Musicians from Canada, Egypt, Britain, Italy, and Denmark are among the scheduled South by Southwest performers who have been barred from the U.S. over the past week, mostly due to questions over what now constitutes a valid visa for playing unpaid showcase performances.
U.S. Customs and Border Protection (CPB) told Billboard on Monday that members of "internationally recognized entertainment" groups "must apply for and be granted a P-1 visa," not a B-1 visa for tourists — though B-1 visas were allowed in the past. SXSW, in Austin, dismissed that statement as an advisory "boilerplate email response," telling Pitchfork the festival "remains confident that the vast majority of consular officers and CBP officials understand and respect the need for, and the principle of, showcasing at promotional events such as the official SXSW event."
CBP officials did not agree with SXSW when members of the Canadian-Egyptian hardcore band Massive Scar Era tried to cross into the U.S. near Seattle on Sunday using B-1 visas plus other documents. British jazz band United Vibrations said Monday that its visa-free travel status had been revoked, barring brothers Yussef, Ahmed, and Kareem Dayes from traveling to Austin for SXSW. United Vibrations, like the Egyptian members of Massive Scar Era, questioned whether their names or religion were behind the CBP actions, though a Canadian member of Massive Scar Era was denied entry, too.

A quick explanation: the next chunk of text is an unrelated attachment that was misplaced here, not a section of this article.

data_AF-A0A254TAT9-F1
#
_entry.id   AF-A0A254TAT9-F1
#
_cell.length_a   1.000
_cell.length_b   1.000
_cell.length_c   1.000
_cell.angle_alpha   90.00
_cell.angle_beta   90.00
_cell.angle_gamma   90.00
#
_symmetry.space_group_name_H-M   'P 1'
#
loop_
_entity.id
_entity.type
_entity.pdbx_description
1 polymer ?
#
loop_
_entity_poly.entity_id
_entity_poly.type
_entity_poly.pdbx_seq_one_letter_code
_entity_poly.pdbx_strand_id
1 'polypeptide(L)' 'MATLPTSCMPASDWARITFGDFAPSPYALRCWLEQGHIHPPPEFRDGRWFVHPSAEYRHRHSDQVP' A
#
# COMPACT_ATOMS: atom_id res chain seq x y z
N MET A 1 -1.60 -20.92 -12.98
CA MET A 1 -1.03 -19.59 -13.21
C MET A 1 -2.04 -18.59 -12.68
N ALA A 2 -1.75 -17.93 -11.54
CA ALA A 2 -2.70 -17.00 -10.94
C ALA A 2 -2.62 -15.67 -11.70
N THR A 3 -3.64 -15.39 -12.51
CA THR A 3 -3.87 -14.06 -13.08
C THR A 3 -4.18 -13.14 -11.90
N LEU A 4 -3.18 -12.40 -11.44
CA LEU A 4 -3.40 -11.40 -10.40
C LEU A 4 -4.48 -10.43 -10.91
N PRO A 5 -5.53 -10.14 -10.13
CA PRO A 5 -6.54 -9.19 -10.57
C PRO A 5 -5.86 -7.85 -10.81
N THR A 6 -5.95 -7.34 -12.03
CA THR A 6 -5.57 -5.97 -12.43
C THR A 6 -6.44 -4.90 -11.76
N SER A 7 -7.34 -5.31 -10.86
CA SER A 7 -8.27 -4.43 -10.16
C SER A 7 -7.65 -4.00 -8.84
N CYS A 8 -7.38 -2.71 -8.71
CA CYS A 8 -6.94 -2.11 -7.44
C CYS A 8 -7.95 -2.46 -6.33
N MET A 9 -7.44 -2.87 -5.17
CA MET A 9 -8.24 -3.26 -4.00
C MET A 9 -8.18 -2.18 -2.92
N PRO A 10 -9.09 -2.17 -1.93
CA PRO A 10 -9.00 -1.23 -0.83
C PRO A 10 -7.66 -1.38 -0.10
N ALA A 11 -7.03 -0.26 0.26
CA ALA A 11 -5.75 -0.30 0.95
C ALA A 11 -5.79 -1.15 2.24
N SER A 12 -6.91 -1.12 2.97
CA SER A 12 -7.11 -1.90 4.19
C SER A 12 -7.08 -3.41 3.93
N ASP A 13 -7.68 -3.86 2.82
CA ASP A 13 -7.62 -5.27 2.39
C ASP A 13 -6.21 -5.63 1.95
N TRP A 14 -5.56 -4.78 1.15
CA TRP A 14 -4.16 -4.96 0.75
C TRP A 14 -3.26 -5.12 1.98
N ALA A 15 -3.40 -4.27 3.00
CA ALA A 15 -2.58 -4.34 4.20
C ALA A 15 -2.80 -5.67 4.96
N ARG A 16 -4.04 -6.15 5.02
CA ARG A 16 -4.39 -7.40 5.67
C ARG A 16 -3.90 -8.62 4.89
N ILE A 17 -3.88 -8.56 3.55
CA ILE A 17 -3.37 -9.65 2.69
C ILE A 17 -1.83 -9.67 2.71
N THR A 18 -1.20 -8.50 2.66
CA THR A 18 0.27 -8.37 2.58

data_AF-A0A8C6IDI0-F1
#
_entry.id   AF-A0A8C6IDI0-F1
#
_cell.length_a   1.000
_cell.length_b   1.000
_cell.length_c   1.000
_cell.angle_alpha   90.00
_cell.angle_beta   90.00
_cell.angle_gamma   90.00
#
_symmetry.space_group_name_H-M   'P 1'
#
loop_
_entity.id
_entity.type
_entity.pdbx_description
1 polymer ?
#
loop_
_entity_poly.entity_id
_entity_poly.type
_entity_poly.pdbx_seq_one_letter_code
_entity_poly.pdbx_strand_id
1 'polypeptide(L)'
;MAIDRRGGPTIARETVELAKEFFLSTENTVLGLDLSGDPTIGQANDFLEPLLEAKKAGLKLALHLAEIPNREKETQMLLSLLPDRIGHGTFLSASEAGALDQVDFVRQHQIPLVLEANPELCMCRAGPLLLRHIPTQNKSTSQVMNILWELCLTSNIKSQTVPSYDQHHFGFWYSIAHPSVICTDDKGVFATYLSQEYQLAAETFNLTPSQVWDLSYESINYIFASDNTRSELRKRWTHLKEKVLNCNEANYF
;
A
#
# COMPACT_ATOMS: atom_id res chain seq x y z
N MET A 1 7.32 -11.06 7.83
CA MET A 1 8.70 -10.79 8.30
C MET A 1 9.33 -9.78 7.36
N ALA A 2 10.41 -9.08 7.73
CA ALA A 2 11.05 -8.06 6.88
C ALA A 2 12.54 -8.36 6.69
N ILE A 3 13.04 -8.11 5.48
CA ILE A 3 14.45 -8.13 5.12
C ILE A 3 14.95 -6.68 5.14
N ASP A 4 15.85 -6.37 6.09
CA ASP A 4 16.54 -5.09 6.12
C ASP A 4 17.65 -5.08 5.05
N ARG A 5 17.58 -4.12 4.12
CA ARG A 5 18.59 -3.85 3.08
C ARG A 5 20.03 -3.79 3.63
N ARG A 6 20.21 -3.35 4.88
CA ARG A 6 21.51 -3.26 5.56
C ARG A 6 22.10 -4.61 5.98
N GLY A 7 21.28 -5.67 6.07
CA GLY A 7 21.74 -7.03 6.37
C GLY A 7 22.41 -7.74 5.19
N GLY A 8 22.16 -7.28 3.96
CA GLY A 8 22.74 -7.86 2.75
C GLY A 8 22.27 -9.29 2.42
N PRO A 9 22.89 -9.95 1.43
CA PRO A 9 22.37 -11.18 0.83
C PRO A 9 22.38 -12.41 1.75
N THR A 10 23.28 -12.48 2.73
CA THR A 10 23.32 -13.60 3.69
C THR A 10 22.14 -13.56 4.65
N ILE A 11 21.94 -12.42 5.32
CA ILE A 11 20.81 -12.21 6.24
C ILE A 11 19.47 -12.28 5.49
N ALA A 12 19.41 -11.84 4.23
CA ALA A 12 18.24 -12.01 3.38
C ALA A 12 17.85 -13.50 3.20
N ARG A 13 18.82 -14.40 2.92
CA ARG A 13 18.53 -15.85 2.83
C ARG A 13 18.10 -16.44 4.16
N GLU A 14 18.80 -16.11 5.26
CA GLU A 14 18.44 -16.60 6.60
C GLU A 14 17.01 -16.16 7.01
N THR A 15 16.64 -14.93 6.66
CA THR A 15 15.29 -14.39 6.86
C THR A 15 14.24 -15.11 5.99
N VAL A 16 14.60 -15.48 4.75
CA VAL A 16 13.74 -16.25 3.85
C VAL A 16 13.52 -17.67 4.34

Visa problems aren't a new thing for foreign bands wanting to perform in America, or at SXSW — Adele had to cancel a 2008 SXSW appearance because her band didn't have the correct visas. But detaining, handcuffing, and deporting musicians doesn't seem like business as usual.
Danish artist ELOQ said Monday that he'd been "denied entry" to the U.S. "even though I was informed by SXSW I had the right visa," then was "handcuffed and detained in a small very bright room plus a very unpleasant jail cell for 23 hours" (though he later tweeted that he will be performing in Austin on Friday, so apparently he got his visa straightened out). The Italian band Soviet Soviet shared a similar story on Friday, saying they had been stopped by CBP at Seattle-Tacoma International Airport, told their visas were not valid for SXSW, and then "treated like criminals," handcuffed, sent to jail for the night, then deported to Italy. "We were relieved to fly back home and distance ourselves from that violent, stressful, and humiliating situation," the band said.